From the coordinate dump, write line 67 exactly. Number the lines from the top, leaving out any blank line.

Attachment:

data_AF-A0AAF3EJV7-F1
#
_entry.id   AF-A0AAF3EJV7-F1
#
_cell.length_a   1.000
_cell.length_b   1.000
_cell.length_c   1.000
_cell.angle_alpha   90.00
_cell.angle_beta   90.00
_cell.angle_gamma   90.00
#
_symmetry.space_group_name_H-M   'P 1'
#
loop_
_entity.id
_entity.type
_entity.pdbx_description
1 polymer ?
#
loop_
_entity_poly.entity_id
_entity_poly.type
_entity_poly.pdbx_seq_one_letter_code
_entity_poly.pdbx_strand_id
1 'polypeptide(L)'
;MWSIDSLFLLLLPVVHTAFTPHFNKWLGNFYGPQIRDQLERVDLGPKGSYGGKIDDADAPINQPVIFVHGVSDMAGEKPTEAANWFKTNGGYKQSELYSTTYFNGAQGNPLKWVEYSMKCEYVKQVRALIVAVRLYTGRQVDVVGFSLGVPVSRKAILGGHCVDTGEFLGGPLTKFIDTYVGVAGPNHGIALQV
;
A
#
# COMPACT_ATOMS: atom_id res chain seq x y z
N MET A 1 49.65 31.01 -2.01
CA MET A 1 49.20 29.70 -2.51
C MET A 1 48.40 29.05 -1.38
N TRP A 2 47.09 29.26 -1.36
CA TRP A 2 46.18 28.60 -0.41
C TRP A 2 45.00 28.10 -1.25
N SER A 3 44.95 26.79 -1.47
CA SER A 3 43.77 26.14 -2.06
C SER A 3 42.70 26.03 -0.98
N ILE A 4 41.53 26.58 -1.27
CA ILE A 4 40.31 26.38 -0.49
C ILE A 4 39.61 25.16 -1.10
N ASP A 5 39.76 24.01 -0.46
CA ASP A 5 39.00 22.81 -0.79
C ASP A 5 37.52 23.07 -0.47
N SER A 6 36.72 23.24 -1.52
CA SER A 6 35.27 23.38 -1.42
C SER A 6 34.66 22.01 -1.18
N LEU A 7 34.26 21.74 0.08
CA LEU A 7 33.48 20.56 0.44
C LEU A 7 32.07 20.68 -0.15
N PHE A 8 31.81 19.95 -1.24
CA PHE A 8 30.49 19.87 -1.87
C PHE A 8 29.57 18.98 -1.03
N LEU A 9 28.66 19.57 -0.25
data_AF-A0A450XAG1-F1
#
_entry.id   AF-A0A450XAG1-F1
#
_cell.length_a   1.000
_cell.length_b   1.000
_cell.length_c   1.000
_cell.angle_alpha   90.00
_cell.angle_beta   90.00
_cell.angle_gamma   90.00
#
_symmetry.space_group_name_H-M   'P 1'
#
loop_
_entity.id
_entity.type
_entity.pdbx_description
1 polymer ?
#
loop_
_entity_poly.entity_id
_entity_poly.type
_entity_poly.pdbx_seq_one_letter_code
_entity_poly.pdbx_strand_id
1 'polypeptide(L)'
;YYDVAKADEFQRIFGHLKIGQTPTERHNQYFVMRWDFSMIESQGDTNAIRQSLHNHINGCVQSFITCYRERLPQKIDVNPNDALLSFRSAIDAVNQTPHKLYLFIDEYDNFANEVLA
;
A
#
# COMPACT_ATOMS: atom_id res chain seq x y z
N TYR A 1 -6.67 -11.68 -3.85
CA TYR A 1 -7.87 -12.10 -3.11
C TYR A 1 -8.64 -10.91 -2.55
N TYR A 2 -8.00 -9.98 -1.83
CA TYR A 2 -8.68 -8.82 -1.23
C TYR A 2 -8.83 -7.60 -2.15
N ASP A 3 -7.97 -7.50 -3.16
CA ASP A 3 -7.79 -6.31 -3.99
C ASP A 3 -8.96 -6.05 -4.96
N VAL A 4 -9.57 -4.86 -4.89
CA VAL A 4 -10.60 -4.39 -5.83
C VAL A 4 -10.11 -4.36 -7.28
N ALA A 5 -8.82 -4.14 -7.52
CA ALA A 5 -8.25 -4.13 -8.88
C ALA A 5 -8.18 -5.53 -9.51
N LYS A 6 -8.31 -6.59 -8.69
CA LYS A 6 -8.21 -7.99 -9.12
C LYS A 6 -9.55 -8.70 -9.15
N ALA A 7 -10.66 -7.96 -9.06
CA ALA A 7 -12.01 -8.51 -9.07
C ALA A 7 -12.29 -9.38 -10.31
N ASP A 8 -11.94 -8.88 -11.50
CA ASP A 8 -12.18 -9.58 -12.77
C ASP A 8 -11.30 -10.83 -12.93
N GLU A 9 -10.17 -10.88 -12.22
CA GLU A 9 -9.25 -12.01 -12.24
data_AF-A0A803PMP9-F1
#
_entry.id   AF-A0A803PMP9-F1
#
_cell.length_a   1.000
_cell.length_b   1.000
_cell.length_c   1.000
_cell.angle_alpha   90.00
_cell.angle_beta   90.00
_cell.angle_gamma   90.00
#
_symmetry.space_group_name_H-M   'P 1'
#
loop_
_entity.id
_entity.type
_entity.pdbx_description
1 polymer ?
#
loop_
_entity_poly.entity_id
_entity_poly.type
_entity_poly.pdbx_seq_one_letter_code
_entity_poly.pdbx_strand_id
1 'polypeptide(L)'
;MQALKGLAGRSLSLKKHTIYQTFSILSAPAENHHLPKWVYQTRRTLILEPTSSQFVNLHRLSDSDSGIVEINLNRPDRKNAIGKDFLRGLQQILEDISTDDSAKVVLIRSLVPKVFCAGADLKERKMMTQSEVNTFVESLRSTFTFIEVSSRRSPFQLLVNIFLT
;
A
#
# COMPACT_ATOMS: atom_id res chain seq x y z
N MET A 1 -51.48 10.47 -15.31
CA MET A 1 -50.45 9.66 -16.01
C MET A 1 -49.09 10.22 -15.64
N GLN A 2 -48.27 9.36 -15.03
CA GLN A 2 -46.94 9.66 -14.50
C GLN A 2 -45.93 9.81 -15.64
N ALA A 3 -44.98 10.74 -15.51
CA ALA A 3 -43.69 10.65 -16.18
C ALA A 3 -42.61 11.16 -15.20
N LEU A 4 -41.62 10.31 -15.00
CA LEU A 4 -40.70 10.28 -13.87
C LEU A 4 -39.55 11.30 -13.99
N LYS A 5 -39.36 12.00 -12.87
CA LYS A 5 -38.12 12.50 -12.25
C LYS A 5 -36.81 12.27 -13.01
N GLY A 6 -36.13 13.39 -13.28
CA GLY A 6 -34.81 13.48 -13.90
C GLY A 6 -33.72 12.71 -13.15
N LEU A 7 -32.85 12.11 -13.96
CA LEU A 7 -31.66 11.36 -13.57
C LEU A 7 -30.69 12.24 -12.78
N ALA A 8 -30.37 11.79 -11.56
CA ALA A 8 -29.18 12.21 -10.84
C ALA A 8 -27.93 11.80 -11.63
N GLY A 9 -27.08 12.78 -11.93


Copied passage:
_symmetry.space_group_name_H-M   'P 1'